Samaras pledges to oversee Greece's public sector reform

Prime Minister Antonis Samaras has told journalist that he will personally monitor the overhaul of Greece’s civil service, including the evaluation of personnel. Speaking after a meeting between ministers and the premier at the Administrative Reform Ministry, Samaras said he will write to all the members of his government to stress the importance of improving Greece’s public administration.

The premier said the aim will to improve service and reducing bureaucracy as well as saving money.
Administrative Reform Minister Antonis Manitakis said that the government’s aim is to reduce by about 30 percent the number of civil service departments. He said that he would rely on the groundwork that has been laid by Greece’s work with the European Union Task Force, which has been helping provide technical assistance on a number of structural reforms.

Manitakis said the final plan for public administration reform would be presented in September.
Finance Minister Yannis Stournaras was also present at Friday’s meeting. He is spearheading the government’s drive to find enough savings for 2013 and 2014 to satisfy Greece’s lenders.

With inspectors from the European Commission, the European Central Bank and the International Monetary Fund, collectively known as the troika, due back in Athens on July 24, Stournaras met with the ministers of defense, interior, administrative reform, development, education, culture, health, justice and labor on Thursday to discuss where the government could find the 11.5 billion euros requested by the lenders.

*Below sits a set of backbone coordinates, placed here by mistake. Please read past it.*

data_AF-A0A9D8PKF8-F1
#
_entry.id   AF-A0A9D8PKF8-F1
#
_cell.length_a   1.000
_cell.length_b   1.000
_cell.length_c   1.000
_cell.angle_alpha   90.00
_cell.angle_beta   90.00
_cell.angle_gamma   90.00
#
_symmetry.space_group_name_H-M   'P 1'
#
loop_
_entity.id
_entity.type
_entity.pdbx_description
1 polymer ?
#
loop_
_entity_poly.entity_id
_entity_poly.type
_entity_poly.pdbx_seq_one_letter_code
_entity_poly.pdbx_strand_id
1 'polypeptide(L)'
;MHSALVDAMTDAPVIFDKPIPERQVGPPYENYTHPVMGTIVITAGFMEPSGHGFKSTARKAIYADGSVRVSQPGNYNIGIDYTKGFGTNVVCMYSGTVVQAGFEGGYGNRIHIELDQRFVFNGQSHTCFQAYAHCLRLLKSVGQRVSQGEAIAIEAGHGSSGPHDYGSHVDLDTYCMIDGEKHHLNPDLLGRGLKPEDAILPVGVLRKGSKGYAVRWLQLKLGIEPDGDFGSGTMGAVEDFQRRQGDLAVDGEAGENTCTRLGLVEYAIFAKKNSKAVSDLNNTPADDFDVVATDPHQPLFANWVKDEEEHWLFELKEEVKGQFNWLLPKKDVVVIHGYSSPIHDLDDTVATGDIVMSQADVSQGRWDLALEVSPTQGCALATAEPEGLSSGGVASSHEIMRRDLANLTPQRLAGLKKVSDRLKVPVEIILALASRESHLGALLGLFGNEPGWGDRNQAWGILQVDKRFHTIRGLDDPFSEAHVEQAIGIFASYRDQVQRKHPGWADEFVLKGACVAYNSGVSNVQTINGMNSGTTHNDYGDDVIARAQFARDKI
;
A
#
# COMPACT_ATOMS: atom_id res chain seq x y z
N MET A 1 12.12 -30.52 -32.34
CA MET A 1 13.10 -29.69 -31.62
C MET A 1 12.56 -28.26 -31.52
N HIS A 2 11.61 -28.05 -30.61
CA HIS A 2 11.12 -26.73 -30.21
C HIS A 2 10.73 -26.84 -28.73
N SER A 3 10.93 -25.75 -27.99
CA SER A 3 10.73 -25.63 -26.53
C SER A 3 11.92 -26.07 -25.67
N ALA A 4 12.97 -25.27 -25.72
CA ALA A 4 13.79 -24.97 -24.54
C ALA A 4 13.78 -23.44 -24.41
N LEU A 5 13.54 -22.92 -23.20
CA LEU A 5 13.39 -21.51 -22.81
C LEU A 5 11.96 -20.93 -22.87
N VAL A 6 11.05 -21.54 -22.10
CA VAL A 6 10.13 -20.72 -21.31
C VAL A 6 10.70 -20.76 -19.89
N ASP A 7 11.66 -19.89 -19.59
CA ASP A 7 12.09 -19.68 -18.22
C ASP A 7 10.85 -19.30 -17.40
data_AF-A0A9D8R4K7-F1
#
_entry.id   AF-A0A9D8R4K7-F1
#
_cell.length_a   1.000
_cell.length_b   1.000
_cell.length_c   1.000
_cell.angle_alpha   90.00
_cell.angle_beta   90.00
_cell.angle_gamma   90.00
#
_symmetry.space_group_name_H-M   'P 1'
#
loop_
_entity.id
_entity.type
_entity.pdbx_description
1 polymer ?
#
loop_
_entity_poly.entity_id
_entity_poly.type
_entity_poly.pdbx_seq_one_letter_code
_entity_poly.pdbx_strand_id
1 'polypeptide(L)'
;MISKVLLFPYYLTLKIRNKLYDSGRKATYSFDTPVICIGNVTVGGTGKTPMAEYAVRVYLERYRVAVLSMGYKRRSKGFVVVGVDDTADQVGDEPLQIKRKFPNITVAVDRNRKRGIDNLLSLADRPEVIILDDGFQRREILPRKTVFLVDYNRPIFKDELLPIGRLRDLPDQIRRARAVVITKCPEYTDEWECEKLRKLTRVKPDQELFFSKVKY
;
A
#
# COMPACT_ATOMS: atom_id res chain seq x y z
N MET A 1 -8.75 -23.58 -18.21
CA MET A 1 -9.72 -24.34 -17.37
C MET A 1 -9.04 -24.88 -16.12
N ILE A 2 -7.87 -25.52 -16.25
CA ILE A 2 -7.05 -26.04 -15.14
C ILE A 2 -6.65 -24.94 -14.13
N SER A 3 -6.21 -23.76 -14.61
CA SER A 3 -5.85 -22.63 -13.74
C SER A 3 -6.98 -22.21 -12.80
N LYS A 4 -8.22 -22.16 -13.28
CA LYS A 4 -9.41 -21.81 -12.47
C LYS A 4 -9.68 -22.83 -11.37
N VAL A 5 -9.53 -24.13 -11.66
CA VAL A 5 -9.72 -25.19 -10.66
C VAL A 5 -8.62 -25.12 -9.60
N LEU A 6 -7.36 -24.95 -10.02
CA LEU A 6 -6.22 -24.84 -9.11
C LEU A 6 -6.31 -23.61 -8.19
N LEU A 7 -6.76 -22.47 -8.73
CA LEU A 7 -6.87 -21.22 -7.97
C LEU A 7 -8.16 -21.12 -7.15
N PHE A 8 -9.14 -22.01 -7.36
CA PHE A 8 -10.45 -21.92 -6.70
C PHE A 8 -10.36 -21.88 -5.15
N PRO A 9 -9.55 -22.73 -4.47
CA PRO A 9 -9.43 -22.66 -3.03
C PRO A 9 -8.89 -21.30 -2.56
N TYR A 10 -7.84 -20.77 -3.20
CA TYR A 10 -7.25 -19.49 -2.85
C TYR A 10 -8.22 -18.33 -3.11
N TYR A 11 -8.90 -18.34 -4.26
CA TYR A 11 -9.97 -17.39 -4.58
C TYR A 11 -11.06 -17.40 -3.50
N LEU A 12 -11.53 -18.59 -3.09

Sources said that about 7.5 billion euros would come from the state budget, while 3 billion would be from social transfers and 2 billion would be saved from changes to the structure of the central administration.
The biggest savings, more than 1 billion euros respectively, are due to come from costcutting at local authorities and central government spending. The latter will involve greater use of cheaper, generic drugs, so that by 2014 they make up 70 percent of all the medicines prescribed in Greece.

There are also plans to cut all pensions above 1,500 euros by 10 percent. This will save 600 million euros a year. Auxiliary pensions will also be limited so retirees can earn no more than 2,400 euros per month from the basic and supplementary packages they receive. This will save roughly 1 billion euros.

Stournaras, who said no more cuts apart from the 3 billion euros already agreed would be needed this year, is due to meet with the ministers again on Monday to discuss the cuts, before they are finalized on Wednesday.


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